How to Recycle Books and Magazines

While magazine subscriptions are on a recent decline and book sales are holding steady, it’s likely you have a stockpile of both these products on your coffee table, in your bookshelf or collecting dust in the garage. When you’re ready to clean them out, hopefully recycling is on your mind.

Both books and magazines fall under the category of mixed paper, which also includes catalogs and phone books. While mixed paper has a lower commodity value (and thus a smaller recycling market) than items like newspapers, office paper and corrugated cardboard, most paper mills in the U.S. will recycle mixed paper.

Book and Magazine Recycling Preparation

  1. For magazines, you don’t need to remove anything from inside the magazine, such as staples, the cardstock ads or even perfume samples. You can also leave the cover and binding.
  2. If the magazine came in a plastic bag, you’ll want to remove and recycle this separately.
  3. For paperback books, you can recycle the book whole, including the binding. For hardcover books, you’ll need to remove the cover because it has non-paper components.
  4. If either your books or magazines have gotten wet or the paper has turned tan or brown, they should be thrown away with your household trash, as there is no recycling market for this material.

Why Recycle Books and Magazines

  • Each ton of paper recycled saves 3 cubic yards of landfill space, 380 gallons of oil and 17 trees, not to mention 4,000 kilowatts of energy and 7,000 gallons of water
  • Paper accounts for half the weight of all recyclables collected in curbside programs, and books and magazines are some of the heaviest paper products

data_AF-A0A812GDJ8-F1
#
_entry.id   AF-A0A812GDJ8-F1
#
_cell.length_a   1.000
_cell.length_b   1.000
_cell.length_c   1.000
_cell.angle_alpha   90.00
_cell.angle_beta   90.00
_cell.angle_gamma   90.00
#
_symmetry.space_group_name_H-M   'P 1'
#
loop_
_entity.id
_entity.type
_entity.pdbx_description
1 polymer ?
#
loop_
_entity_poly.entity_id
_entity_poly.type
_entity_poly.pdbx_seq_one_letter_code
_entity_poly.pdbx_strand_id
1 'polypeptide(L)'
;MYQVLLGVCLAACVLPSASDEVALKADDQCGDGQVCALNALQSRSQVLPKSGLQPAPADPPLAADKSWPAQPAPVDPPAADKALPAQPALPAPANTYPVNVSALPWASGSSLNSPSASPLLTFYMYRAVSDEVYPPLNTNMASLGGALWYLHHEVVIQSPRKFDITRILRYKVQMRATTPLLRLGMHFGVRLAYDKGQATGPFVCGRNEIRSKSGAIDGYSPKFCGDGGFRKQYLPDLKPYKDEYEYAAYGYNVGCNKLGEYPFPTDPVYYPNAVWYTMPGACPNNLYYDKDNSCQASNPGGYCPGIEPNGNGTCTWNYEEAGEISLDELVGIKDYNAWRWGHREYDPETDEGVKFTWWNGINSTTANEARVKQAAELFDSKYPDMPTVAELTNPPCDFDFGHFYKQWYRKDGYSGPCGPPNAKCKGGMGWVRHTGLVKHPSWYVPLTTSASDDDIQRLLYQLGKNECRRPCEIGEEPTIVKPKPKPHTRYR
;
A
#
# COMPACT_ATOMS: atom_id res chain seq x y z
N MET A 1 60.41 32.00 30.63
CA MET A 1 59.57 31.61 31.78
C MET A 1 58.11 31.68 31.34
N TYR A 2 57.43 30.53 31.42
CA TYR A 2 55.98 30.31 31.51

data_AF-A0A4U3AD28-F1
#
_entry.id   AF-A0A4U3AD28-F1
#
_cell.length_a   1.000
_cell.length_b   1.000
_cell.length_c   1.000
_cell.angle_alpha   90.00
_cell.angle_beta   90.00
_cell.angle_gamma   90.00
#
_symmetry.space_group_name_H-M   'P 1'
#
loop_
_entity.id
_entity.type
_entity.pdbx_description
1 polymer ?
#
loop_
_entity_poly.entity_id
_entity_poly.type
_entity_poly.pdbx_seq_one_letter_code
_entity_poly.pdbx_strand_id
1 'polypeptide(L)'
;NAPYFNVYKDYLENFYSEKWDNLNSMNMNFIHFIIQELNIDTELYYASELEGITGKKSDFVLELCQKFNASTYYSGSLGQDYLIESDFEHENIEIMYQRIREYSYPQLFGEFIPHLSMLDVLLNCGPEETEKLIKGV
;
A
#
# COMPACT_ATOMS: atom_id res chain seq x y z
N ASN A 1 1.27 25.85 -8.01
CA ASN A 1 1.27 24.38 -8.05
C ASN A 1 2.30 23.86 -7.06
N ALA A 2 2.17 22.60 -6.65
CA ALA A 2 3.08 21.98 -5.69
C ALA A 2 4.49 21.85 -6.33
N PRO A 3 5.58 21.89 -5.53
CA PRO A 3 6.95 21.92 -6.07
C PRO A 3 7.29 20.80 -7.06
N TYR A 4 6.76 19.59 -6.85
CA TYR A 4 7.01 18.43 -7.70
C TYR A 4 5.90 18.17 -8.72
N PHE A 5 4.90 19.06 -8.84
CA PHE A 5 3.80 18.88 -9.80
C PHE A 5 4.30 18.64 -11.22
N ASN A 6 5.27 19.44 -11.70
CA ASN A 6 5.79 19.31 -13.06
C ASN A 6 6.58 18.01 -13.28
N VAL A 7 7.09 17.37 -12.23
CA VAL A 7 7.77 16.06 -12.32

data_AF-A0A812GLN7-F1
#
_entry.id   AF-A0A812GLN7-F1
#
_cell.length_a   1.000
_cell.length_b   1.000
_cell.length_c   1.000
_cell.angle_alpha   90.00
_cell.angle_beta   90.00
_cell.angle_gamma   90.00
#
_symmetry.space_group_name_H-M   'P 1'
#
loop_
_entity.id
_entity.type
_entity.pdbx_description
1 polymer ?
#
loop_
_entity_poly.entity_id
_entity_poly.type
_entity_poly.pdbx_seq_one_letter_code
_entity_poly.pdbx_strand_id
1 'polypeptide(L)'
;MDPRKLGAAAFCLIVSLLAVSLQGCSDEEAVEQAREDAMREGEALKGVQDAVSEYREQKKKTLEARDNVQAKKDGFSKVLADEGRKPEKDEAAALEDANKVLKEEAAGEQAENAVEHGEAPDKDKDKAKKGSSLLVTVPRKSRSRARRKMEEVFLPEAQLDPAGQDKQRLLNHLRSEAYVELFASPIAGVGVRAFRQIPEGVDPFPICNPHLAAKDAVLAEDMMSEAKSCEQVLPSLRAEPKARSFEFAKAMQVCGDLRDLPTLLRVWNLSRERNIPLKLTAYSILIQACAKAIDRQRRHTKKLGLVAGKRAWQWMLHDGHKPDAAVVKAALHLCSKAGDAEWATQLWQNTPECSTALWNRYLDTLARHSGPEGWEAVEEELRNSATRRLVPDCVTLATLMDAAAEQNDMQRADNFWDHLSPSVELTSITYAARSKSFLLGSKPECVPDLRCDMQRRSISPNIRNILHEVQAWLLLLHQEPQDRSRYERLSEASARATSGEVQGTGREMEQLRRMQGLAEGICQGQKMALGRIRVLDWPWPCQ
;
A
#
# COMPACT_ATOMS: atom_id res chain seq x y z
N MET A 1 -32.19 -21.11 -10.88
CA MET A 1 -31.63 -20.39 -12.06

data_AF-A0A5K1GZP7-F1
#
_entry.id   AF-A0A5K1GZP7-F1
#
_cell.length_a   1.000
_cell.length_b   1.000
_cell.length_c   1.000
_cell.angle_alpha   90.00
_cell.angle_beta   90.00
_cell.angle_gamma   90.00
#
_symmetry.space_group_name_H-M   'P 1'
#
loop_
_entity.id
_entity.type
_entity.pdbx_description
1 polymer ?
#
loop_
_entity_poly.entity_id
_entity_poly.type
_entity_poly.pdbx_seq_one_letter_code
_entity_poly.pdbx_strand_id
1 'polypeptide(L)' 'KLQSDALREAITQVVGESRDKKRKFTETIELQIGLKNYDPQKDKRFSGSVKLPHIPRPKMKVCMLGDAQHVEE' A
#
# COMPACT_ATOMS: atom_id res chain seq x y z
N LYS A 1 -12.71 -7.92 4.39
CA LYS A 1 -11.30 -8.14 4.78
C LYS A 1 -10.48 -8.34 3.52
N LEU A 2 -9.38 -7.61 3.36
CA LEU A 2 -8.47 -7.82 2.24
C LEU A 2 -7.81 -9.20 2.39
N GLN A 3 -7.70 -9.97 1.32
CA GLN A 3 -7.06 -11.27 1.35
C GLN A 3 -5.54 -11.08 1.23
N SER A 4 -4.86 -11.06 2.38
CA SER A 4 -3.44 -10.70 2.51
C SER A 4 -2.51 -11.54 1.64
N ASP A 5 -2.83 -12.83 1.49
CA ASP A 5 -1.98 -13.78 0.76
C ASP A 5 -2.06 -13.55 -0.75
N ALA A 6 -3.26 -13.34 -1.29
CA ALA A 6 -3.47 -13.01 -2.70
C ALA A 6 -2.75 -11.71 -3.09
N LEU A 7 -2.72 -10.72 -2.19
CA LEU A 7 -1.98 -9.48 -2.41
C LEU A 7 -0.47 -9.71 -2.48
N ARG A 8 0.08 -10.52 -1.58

• We only get 33 percent of our new paper pulp from recycled materials; the rest must be sourced from tearing down trees and wood chips

Book and Magazine Recycling Process

Since both books and magazines are mixed paper, the first step in recycling is to separate these products from cardboard, office paper and newspaper grades. The mixed paper is then baled and sent to a mill.

At the mill, there are machines called pulpers that introduce water and chemicals to break down the paper into fibers. Then, any ink and adhesive is removed and the paper fibers start bonding together. Finally, the fibers are rolled and dried, then sent off to make new products. Because mixed paper fibers are smaller than cardboard or office paper, this paper is recycled into lesser-quality paper products, such as coffee filters, egg cartons and paper towels.

Find Recycling Guides for Other Materials


Frequent Book and Magazine Recycling Questions

Most curbside recycling programs accept magazines and paperback books as mixed paper. Some programs specifically exclude hardcover books because of the binding, unless you remove it. You definitely want to check with your local program, though.
Yes. Companies like Better World Books and Discover Books will accept books in good condition to sell them online. These companies operate drop-off bins in many shopping mall parking lots. You can also ask your local library if it accepts used books, as they can be sold to companies like the ones mentioned above or sold in book sales to raise money for library programs.
Even though the paper recycling process introduces water, when you get paper wet and it dries, it manipulates the fibers (as a result, it feels more stiff). Paper mills also don’t want to pay for wet paper because it’s heavier with the extra water weight.
No. Most media these days are printed using soy-based ink, which is easily removed during the recycling process.
Several states have passed laws requiring paper products be recycled, including Pennsylvania and New Jersey, as well as Washington, D.C.
The paper recycling process has five to seven lifecycles before the fibers become too short to make new paper. Books and magazines are at the middle of this lifecycle, meaning they were produced from higher-quality paper fibers like office paper. Some of the fiber created from recycling books and magazines can be used to produce other paper products like phone books, but the fibers aren’t strong enough to make new books and magazines.

Additional Reading